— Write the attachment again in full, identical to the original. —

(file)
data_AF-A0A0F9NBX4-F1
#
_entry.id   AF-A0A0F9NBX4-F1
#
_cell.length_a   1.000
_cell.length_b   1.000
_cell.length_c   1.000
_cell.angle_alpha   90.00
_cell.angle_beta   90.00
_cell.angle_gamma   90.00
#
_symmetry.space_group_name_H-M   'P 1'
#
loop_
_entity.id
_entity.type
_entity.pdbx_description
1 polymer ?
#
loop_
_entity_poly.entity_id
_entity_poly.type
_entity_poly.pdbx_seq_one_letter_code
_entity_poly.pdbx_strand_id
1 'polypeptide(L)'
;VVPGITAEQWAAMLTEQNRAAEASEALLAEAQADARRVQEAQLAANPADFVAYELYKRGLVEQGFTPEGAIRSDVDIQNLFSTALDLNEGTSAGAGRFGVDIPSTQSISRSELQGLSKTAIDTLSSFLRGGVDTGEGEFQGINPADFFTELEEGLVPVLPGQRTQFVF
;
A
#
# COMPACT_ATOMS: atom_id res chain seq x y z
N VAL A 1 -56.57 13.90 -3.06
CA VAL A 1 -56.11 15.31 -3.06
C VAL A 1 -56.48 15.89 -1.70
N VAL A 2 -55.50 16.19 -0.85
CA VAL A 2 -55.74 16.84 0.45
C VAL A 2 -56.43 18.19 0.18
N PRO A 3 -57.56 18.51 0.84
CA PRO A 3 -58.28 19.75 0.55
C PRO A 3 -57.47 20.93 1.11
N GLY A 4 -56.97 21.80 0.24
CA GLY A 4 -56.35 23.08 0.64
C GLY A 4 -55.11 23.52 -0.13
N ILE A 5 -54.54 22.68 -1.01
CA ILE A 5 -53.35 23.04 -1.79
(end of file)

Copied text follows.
data_AF-A0A0F9NBX4-F1
#
_entry.id   AF-A0A0F9NBX4-F1
#
_cell.length_a   1.000
_cell.length_b   1.000
_cell.length_c   1.000
_cell.angle_alpha   90.00
_cell.angle_beta   90.00
_cell.angle_gamma   90.00
#
_symmetry.space_group_name_H-M   'P 1'
#
loop_
_entity.id
_entity.type
_entity.pdbx_description
1 polymer ?
#
loop_
_entity_poly.entity_id
_entity_poly.type
_entity_poly.pdbx_seq_one_letter_code
_entity_poly.pdbx_strand_id
1 'polypeptide(L)'
;VVPGITAEQWAAMLTEQNRAAEASEALLAEAQADARRVQEAQLAANPADFVAYELYKRGLVEQGFTPEGAIRSDVDIQNLFSTALDLNEGTSAGAGRFGVDIPSTQSISRSELQGLSKTAIDTLSSFLRGGVDTGEGEFQGINPADFFTELEEGLVPVLPGQRTQFVF
;
A
#
# COMPACT_ATOMS: atom_id res chain seq x y z
N VAL A 1 -56.57 13.90 -3.06
CA VAL A 1 -56.11 15.31 -3.06
C VAL A 1 -56.48 15.89 -1.70
N VAL A 2 -55.50 16.19 -0.85
CA VAL A 2 -55.74 16.84 0.45
C VAL A 2 -56.43 18.19 0.18
N PRO A 3 -57.56 18.51 0.84
CA PRO A 3 -58.28 19.75 0.55
C PRO A 3 -57.47 20.93 1.11
N GLY A 4 -56.97 21.80 0.24
CA GLY A 4 -56.35 23.08 0.64
C GLY A 4 -55.11 23.52 -0.13
N ILE A 5 -54.54 22.68 -1.01
CA ILE A 5 -53.35 23.04 -1.79